A third area of significant and ongoing accomplishment is the study of Verticillium wilt caused by Verticillium dahliae. This pathogen has great genetic plasticity, can infect more than 200 plant species, and the list of potential hosts is continually expanding. One example of host range expansion occurred in lettuce where entire crops were lost to Verticillium wilt. Subbarao’s research on V. dahliae has offered insights into both pathogen biology and sound information germane to disease management. The former includes a particularly elegant study, showing differential development of the pathogen in susceptible and resistant lettuce cultivars. Using a strain that had been transformed to express a fluorescent protein, Subbarao compared the colonization processes between susceptible and resistant lettuce cultivars. This work showed that whereas the resistant cultivar sustained feeder root infections, the host prevented pathogen entry into the tap root and the stem. These findings extend our understanding of how V. dahliae interacts with susceptible and resistant hosts, while also having direct relevance to a disease problem affecting a crop of significant economic importance. Subbarao was also instrumental in a multi-institutional effort to sequence the genomes of V. dahliae and two other species of Verticillium that were released recently.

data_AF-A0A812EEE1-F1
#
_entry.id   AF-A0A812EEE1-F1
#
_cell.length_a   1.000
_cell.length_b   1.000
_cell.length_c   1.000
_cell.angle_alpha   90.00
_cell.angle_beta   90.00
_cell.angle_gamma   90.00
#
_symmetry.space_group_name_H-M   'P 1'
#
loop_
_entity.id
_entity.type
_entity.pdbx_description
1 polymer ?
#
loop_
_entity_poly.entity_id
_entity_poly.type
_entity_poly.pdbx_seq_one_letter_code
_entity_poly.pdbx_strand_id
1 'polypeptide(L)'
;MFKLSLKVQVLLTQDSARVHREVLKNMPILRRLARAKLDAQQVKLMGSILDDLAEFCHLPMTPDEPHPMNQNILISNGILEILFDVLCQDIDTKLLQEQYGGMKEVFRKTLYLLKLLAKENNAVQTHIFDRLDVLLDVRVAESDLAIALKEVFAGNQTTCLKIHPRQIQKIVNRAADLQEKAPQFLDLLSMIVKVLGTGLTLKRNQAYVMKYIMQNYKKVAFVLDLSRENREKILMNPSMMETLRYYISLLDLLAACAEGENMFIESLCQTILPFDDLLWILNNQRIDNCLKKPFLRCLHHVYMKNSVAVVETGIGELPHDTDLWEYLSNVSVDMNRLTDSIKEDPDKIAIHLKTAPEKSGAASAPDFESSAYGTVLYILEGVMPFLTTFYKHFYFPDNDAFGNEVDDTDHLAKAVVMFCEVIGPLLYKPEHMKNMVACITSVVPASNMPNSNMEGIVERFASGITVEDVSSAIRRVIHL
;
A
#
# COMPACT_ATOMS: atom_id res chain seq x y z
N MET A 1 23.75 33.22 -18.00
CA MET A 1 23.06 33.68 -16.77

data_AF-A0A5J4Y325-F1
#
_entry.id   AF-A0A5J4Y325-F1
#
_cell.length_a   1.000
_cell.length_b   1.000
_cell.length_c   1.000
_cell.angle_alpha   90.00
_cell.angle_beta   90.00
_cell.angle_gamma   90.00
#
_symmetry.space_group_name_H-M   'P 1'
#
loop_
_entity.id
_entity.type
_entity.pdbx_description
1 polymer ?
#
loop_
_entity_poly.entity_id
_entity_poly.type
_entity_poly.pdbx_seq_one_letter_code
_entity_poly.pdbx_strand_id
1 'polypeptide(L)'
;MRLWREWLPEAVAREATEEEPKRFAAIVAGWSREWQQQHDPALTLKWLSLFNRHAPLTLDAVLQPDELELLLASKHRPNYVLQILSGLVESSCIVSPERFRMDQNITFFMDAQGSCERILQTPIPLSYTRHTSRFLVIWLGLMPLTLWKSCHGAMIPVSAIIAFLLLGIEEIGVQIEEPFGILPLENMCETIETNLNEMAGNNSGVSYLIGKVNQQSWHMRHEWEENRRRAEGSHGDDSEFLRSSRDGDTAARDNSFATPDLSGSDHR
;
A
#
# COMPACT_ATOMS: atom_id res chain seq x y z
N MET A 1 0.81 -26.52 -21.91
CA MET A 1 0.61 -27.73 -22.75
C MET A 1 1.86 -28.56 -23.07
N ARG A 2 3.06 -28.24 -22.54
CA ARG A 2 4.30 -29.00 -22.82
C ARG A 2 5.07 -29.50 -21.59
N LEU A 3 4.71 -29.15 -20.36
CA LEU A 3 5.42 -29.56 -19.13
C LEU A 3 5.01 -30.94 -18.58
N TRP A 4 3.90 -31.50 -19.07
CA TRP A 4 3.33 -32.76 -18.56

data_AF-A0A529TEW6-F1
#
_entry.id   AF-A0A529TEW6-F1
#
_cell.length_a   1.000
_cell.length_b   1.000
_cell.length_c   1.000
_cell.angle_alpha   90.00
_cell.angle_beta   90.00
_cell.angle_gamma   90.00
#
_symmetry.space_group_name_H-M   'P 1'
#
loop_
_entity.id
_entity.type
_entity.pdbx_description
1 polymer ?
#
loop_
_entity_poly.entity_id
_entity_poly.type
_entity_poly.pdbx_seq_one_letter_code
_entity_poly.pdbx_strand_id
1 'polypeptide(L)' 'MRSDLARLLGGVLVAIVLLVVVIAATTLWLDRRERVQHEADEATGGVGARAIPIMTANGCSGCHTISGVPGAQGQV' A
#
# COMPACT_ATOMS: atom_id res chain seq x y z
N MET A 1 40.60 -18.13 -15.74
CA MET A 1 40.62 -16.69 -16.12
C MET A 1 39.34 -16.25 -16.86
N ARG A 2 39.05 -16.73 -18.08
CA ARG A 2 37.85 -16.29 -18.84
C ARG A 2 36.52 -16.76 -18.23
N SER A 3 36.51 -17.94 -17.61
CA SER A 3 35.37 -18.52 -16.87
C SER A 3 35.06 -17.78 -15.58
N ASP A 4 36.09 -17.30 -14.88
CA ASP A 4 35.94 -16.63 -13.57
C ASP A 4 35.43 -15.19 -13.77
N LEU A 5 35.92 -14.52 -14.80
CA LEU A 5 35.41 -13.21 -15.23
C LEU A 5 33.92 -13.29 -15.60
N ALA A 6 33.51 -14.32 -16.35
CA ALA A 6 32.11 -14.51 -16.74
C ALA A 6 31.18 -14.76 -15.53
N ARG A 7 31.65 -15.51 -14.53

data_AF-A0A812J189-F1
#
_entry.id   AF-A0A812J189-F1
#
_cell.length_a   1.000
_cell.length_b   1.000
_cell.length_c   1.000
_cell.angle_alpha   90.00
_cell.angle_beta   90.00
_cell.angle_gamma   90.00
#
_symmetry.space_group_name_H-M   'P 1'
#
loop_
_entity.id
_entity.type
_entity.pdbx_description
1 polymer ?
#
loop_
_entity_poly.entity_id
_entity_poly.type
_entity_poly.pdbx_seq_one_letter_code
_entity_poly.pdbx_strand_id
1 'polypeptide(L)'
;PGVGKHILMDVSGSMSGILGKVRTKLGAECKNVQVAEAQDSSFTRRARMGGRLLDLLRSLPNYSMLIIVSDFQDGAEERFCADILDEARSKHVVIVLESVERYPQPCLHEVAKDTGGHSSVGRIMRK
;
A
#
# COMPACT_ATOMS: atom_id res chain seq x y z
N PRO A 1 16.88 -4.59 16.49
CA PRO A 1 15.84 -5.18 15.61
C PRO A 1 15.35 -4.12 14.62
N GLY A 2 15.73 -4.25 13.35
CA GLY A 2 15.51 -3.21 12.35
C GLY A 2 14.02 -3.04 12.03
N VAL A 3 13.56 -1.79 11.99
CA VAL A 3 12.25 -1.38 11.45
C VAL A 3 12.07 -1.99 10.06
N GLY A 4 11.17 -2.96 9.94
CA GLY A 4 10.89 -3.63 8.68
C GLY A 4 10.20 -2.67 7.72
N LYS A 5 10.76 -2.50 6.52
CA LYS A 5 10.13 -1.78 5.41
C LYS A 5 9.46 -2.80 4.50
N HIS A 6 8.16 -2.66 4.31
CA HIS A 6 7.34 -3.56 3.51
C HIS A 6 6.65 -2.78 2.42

Finally, Subbarao’s contributions have also come from his stellar work on developing rotation strategies for pathogens possessing broad host ranges. In a series of well-conceived studies, he determined that broccoli cultivation not only reduced resident soil propagules of fungi, but also wilt incidence and severity in subsequent susceptible crops. Unlike soil fumigation, rotations with broccoli did not eradicate the pathogen, but maintained soil propagules below the threshold at which crop losses accrue, despite the cultivation of susceptible crop plants. He then obtained empirical data on the mechanisms of broccoli-induced V. dahliae suppression using a combination of soil microbiology, soil chemistry, and molecular cytology. He demonstrated that not all glucosinolates and their catabolic products are involved in pathogen suppression, and that V. dahliae suppression by broccoli involves multiple factors (e.g., the type of glucosinolates and their catabolic products, soil microbial communities). This interdisciplinary work lays the foundation for economically effective disease management in this pathosystem.
While this brief synopsis of Subbarao’s career achievements provides a sense of the vitality and versatility of his research, it is by no means comprehensive. Subbarao possesses a prolific publication record with more than 120 refereed journal articles, reviews in Annual Review of Phytopathology (2009), and other influential journals, invited book chapters, and numerous articles in trade journals. He has also overseen the research of staff, undergraduates, graduate students working toward their Ph.D. degrees, and 15 post-docs from diverse cultural backgrounds. His former associates are pathologists in government and academia, with four being faculty in land-grant universities. He is quiet but intensely deliberative and is imbued with the finest human qualities. His outstanding achievements in his distinguished career eminently qualify him for the APS Fellow Award.